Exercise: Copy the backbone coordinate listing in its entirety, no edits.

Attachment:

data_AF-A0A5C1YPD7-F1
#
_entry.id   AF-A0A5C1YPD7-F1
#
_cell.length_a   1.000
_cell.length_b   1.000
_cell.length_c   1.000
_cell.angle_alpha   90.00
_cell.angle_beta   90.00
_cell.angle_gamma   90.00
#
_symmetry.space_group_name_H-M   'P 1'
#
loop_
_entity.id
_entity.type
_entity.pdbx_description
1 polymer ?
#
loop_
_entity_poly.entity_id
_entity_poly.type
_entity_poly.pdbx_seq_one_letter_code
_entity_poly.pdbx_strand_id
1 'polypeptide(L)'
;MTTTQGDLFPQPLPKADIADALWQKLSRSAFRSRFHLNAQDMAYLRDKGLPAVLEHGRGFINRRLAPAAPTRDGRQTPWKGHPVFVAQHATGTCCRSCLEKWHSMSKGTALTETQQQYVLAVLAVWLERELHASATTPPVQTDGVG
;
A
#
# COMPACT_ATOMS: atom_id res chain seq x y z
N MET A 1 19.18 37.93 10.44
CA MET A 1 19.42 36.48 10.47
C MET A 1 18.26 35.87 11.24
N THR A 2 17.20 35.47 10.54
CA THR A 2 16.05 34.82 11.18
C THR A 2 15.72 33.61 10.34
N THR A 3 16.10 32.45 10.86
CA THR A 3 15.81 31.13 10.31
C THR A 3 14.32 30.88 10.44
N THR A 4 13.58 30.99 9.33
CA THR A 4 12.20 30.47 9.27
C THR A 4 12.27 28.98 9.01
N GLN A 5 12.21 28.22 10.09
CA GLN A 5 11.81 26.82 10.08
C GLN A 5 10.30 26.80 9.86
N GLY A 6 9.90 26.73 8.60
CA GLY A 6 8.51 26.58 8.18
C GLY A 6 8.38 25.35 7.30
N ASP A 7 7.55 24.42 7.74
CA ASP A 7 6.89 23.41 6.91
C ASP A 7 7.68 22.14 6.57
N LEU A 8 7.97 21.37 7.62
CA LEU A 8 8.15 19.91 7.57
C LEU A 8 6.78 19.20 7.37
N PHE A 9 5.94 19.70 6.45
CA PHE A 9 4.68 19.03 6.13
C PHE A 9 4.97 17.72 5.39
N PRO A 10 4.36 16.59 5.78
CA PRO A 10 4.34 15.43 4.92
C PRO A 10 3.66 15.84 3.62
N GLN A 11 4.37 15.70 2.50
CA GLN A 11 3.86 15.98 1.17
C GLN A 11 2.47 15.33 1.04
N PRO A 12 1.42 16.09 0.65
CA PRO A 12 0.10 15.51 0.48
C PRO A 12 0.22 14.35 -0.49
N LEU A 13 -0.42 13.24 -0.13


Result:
data_AF-A0A5C1YPD7-F1
#
_entry.id   AF-A0A5C1YPD7-F1
#
_cell.length_a   1.000
_cell.length_b   1.000
_cell.length_c   1.000
_cell.angle_alpha   90.00
_cell.angle_beta   90.00
_cell.angle_gamma   90.00
#
_symmetry.space_group_name_H-M   'P 1'
#
loop_
_entity.id
_entity.type
_entity.pdbx_description
1 polymer ?
#
loop_
_entity_poly.entity_id
_entity_poly.type
_entity_poly.pdbx_seq_one_letter_code
_entity_poly.pdbx_strand_id
1 'polypeptide(L)'
;MTTTQGDLFPQPLPKADIADALWQKLSRSAFRSRFHLNAQDMAYLRDKGLPAVLEHGRGFINRRLAPAAPTRDGRQTPWKGHPVFVAQHATGTCCRSCLEKWHSMSKGTALTETQQQYVLAVLAVWLERELHASATTPPVQTDGVG
;
A
#
# COMPACT_ATOMS: atom_id res chain seq x y z
N MET A 1 19.18 37.93 10.44
CA MET A 1 19.42 36.48 10.47
C MET A 1 18.26 35.87 11.24
N THR A 2 17.20 35.47 10.54
CA THR A 2 16.05 34.82 11.18
C THR A 2 15.72 33.61 10.34
N THR A 3 16.10 32.45 10.86
CA THR A 3 15.81 31.13 10.31
C THR A 3 14.32 30.88 10.44
N THR A 4 13.58 30.99 9.33
CA THR A 4 12.20 30.47 9.27
C THR A 4 12.27 28.98 9.01
N GLN A 5 12.21 28.22 10.09
CA GLN A 5 11.81 26.82 10.08
C GLN A 5 10.30 26.80 9.86
N GLY A 6 9.90 26.73 8.60
CA GLY A 6 8.51 26.58 8.18
C GLY A 6 8.38 25.35 7.30
N ASP A 7 7.55 24.42 7.74
CA ASP A 7 6.89 23.41 6.91
C ASP A 7 7.68 22.14 6.57
N LEU A 8 7.97 21.37 7.62
CA LEU A 8 8.15 19.91 7.57
C LEU A 8 6.78 19.20 7.37
N PHE A 9 5.94 19.70 6.45
CA PHE A 9 4.68 19.03 6.13
C PHE A 9 4.97 17.72 5.39
N PRO A 10 4.36 16.59 5.78
CA PRO A 10 4.34 15.43 4.92
C PRO A 10 3.66 15.84 3.62
N GLN A 11 4.37 15.70 2.50
CA GLN A 11 3.86 15.98 1.17
C GLN A 11 2.47 15.33 1.04
N PRO A 12 1.42 16.09 0.65
CA PRO A 12 0.10 15.51 0.48
C PRO A 12 0.22 14.35 -0.49
N LEU A 13 -0.42 13.24 -0.13